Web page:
But apparently you can pull a substantial amount just from basic electrodes. But the weird thing is they generally still need a form of interface gel else they can be really noisynjust from the natural electromagnetic charge of your skin. I'd be throroughly interested to see what kind of electrode technology they are using and whether or not outsource noise would cause my car to inadvertently apply the brakes xD
Oh jeez, will manufacturers PLEASE stop with these stupid ideas for future cars… they're solutions to problems that don't even exist!!

When most people think about autonomous driving, they have a very impersonal vision of the future, where humans relinquish control to the machines. Yet B2V technology does the opposite
Then it doesn't matter what they think, because by definition this is NOT autonomous, is it???!!!
Idiots….

by using signals from their own brain to make the drive even more exciting and enjoyable
You mean the car will stream adverts from whoever inevitably sponsors this junk, and plaster it inside all the windows to the literally captive audience within? Yay, progress…..

more autonomy, more electrification and more connectivity
The more connected, the more hackable and/or susceptible to system bugs. Good plan.
Oh, I'm sure it will indeed have THE absolute latest in technology, software and security… How's that working out for Intel and Micosoft?

You want to take a powerful weapon like a car and connect it directly to the most irrational, stuffed up brains on the planet?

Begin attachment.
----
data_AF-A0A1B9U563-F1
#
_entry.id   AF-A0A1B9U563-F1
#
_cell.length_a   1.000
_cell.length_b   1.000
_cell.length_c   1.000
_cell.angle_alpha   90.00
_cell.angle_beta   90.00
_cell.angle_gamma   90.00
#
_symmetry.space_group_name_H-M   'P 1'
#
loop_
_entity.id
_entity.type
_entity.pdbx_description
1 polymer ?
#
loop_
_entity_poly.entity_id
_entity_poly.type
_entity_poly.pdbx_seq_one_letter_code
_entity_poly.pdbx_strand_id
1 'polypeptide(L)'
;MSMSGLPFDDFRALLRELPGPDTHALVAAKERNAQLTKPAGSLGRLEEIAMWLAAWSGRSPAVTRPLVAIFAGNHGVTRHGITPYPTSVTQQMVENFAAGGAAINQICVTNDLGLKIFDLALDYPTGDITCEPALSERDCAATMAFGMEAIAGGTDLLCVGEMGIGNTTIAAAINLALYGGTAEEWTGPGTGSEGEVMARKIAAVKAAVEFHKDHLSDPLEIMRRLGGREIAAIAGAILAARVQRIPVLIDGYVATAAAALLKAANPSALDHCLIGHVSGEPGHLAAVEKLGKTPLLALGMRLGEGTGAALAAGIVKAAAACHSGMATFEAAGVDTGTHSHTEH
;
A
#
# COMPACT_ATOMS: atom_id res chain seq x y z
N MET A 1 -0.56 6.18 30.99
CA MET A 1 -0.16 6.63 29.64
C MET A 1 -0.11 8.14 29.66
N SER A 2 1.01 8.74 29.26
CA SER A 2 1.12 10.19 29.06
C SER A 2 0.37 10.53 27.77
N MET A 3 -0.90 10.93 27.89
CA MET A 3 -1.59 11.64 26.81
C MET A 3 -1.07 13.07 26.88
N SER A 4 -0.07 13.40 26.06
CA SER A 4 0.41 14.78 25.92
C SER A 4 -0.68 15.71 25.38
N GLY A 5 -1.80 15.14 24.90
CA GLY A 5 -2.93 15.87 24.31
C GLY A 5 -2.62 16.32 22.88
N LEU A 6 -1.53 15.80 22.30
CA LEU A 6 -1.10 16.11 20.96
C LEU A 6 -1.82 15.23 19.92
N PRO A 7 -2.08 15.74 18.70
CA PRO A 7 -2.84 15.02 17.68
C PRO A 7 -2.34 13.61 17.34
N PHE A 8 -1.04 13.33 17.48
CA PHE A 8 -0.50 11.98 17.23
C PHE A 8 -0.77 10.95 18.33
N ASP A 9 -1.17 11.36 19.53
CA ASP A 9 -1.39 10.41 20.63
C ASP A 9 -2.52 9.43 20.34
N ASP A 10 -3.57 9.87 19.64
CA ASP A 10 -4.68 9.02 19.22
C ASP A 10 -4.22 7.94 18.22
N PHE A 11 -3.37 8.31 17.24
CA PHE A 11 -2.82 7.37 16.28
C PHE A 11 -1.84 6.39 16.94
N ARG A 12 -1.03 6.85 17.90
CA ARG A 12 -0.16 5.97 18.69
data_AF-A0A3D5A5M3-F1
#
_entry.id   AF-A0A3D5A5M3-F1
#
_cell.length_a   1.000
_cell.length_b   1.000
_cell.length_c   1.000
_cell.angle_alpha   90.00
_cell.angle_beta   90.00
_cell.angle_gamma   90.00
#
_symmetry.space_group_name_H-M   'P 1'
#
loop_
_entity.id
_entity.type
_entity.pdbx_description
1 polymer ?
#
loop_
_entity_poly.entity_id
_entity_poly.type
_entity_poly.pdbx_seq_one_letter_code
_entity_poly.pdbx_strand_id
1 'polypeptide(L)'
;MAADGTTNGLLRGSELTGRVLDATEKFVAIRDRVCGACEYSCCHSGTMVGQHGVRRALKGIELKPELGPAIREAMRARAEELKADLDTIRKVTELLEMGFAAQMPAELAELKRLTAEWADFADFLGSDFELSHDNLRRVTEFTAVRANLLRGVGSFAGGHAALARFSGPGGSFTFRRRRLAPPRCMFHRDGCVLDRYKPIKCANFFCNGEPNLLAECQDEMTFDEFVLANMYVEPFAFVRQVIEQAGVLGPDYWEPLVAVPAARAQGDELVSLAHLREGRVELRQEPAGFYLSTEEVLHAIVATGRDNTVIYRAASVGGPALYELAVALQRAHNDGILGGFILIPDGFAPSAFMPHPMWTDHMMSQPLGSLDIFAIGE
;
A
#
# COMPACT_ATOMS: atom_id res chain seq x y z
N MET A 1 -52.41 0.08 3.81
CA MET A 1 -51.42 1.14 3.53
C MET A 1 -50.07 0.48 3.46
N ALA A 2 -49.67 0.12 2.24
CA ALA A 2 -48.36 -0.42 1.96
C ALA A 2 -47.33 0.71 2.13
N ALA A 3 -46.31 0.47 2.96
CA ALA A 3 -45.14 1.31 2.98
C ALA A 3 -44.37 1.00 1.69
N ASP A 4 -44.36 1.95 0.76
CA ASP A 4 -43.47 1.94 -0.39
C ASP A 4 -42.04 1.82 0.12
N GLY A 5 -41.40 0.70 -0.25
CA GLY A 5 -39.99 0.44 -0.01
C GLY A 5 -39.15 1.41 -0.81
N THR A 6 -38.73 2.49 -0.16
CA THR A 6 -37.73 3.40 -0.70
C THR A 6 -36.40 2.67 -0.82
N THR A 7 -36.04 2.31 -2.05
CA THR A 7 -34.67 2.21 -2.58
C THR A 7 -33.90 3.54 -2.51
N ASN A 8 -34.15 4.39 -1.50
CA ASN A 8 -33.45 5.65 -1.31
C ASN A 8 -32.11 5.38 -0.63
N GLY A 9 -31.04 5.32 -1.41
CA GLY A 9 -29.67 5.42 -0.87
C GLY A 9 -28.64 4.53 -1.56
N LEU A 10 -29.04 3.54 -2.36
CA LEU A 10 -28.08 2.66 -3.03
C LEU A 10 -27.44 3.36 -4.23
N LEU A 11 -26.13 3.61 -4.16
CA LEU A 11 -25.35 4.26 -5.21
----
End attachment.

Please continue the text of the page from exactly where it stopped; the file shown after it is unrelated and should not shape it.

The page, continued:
Go home Nissan, you're drunk!!
Xlucine
I wonder how they're making the car “brake better” or “corner better” with the forewarning?

Don't see how they can. If your foot is on the accelerator, then the car shouldn't be breaking. Second law of robotics.

My car senses when you take your foot very quickly off the accelerator, and starts filling the brake calipers on the expectation you will hit that pedal next. No brain wiring required.
DanceswithUnix
Don't see how they can. If your foot is on the accelerator, then the car shouldn't be breaking. Second law of robotics.

My car senses when you take your foot very quickly off the accelerator, and starts filling the brake calipers on the expectation you will hit that pedal next. No brain wiring required.
But …. you've answered your own question.

You said it yourself …. your car senses you taking the foot off the accelerator, and predicts what comes next. But for that to be happening, your foot has to be moving.

Now, if this B2V idea works, they're looking at …. call it ‘latency’ in the process of luzard brain reacts to stimulus, conscious mind thinks “need to brake”, nerve signals get sent, muscles contract, bones move, foot lifts and only then does your cars predictive tech start anticipatoty loading of brake cylinders.

But if we're talking about sensing, direct from the brain, that your noggin is about to brake, then it can bypass all the really slow mechanical bits like muscles, etc.

If you like it's like SSD rather than HD …. you get the speed improvement largely from keeping it electical and eliminating the really slow mechanical bits of spinning platters and relocating read heads.



Whether the public will, literally, buy into the concept or not is anothdr matter. Then again, it's not as big a leap in public acceptance as fully autonomous cars … which, despite my personal reservations, I do belueve is coming, and relativsly soon. Just as soon as the tech is proven and they sort out the far trickier issues like liability for crashes, insurance, etc.